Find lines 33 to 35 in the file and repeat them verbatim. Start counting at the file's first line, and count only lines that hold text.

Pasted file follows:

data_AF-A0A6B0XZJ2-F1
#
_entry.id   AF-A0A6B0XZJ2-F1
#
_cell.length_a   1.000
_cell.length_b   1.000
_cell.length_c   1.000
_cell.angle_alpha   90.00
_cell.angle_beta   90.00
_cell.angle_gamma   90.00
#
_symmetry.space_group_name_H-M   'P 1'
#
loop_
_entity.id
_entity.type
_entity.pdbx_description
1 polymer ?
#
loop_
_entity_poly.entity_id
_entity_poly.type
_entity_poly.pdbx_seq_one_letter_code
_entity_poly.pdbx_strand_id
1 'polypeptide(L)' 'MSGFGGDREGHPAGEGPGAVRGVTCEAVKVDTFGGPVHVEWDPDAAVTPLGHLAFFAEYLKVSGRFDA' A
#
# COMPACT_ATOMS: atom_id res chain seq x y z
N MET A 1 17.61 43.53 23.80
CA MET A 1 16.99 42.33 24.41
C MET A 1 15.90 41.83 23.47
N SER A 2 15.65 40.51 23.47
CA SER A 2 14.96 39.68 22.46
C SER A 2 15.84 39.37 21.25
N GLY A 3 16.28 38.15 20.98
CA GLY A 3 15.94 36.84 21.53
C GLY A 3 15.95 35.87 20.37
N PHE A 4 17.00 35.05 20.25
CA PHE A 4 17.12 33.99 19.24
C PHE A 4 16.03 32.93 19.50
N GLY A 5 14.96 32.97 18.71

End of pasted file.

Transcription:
C SER A 2 15.84 39.37 21.25
N GLY A 3 16.28 38.15 20.98
CA GLY A 3 15.94 36.84 21.53